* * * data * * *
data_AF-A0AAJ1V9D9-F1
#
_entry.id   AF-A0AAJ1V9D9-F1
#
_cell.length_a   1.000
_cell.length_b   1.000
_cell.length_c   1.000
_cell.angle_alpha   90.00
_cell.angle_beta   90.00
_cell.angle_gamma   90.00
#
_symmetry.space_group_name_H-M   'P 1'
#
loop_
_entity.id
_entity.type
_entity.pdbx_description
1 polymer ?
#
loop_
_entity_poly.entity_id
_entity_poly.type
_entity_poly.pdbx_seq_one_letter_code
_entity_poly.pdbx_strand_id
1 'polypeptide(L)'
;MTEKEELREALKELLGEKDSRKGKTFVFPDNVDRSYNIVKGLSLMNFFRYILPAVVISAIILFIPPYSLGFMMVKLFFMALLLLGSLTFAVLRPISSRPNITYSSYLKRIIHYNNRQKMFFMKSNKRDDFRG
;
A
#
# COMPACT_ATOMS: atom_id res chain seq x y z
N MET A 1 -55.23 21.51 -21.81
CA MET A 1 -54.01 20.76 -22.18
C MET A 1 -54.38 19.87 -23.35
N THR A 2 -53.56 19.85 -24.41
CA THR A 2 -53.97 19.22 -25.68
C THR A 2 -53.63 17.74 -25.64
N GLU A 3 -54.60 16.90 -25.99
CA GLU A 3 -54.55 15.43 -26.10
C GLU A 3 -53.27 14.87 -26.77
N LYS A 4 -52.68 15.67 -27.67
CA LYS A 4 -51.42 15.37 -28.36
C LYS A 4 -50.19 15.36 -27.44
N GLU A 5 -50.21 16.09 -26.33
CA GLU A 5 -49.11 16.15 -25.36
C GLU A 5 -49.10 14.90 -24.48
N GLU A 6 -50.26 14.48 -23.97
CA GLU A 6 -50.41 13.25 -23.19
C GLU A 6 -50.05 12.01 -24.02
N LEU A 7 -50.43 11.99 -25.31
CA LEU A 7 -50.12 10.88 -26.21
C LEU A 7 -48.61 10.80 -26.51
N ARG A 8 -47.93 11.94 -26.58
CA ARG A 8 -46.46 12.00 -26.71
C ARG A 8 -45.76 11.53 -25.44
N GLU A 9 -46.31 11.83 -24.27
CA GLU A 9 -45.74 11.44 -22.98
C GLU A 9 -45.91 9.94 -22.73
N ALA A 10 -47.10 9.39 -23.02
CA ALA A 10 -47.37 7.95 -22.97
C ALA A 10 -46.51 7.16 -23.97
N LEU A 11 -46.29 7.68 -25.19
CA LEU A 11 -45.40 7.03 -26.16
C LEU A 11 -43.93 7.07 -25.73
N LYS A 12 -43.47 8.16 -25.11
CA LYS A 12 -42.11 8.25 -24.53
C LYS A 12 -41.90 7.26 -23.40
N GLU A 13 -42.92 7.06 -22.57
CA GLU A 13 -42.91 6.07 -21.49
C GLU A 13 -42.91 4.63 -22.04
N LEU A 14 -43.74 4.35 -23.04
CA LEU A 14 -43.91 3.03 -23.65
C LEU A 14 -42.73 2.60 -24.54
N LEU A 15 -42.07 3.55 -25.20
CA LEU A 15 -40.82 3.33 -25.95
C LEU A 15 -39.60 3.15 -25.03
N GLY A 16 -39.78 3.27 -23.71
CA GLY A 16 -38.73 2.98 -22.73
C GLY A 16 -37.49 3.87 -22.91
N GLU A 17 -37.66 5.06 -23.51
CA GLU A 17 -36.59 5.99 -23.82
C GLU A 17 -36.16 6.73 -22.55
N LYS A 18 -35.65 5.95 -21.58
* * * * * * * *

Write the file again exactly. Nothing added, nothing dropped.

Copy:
data_AF-A0AAJ1V9D9-F1
#
_entry.id   AF-A0AAJ1V9D9-F1
#
_cell.length_a   1.000
_cell.length_b   1.000
_cell.length_c   1.000
_cell.angle_alpha   90.00
_cell.angle_beta   90.00
_cell.angle_gamma   90.00
#
_symmetry.space_group_name_H-M   'P 1'
#
loop_
_entity.id
_entity.type
_entity.pdbx_description
1 polymer ?
#
loop_
_entity_poly.entity_id
_entity_poly.type
_entity_poly.pdbx_seq_one_letter_code
_entity_poly.pdbx_strand_id
1 'polypeptide(L)'
;MTEKEELREALKELLGEKDSRKGKTFVFPDNVDRSYNIVKGLSLMNFFRYILPAVVISAIILFIPPYSLGFMMVKLFFMALLLLGSLTFAVLRPISSRPNITYSSYLKRIIHYNNRQKMFFMKSNKRDDFRG
;
A
#
# COMPACT_ATOMS: atom_id res chain seq x y z
N MET A 1 -55.23 21.51 -21.81
CA MET A 1 -54.01 20.76 -22.18
C MET A 1 -54.38 19.87 -23.35
N THR A 2 -53.56 19.85 -24.41
CA THR A 2 -53.97 19.22 -25.68
C THR A 2 -53.63 17.74 -25.64
N GLU A 3 -54.60 16.90 -25.99
CA GLU A 3 -54.55 15.43 -26.10
C GLU A 3 -53.27 14.87 -26.77
N LYS A 4 -52.68 15.67 -27.67
CA LYS A 4 -51.42 15.37 -28.36
C LYS A 4 -50.19 15.36 -27.44
N GLU A 5 -50.21 16.09 -26.33
CA GLU A 5 -49.11 16.15 -25.36
C GLU A 5 -49.10 14.90 -24.48
N GLU A 6 -50.26 14.48 -23.97
CA GLU A 6 -50.41 13.25 -23.19
C GLU A 6 -50.05 12.01 -24.02
N LEU A 7 -50.43 11.99 -25.31
CA LEU A 7 -50.12 10.88 -26.21
C LEU A 7 -48.61 10.80 -26.51
N ARG A 8 -47.93 11.94 -26.58
CA ARG A 8 -46.46 12.00 -26.71
C ARG A 8 -45.76 11.53 -25.44
N GLU A 9 -46.31 11.83 -24.27
CA GLU A 9 -45.74 11.44 -22.98
C GLU A 9 -45.91 9.94 -22.73
N ALA A 10 -47.10 9.39 -23.02
CA ALA A 10 -47.37 7.95 -22.97
C ALA A 10 -46.51 7.16 -23.97
N LEU A 11 -46.29 7.68 -25.19
CA LEU A 11 -45.40 7.03 -26.16
C LEU A 11 -43.93 7.07 -25.73
N LYS A 12 -43.47 8.16 -25.11
CA LYS A 12 -42.11 8.25 -24.53
C LYS A 12 -41.90 7.26 -23.40
N GLU A 13 -42.92 7.06 -22.57
CA GLU A 13 -42.91 6.07 -21.49
C GLU A 13 -42.91 4.63 -22.04
N LEU A 14 -43.74 4.35 -23.04
CA LEU A 14 -43.91 3.03 -23.65
C LEU A 14 -42.73 2.60 -24.54
N LEU A 15 -42.07 3.55 -25.20
CA LEU A 15 -40.82 3.33 -25.95
C LEU A 15 -39.60 3.15 -25.03
N GLY A 16 -39.78 3.27 -23.71
CA GLY A 16 -38.73 2.98 -22.73
C GLY A 16 -37.49 3.87 -22.91
N GLU A 17 -37.66 5.06 -23.51
CA GLU A 17 -36.59 5.99 -23.82
C GLU A 17 -36.16 6.73 -22.55
N LYS A 18 -35.65 5.95 -21.58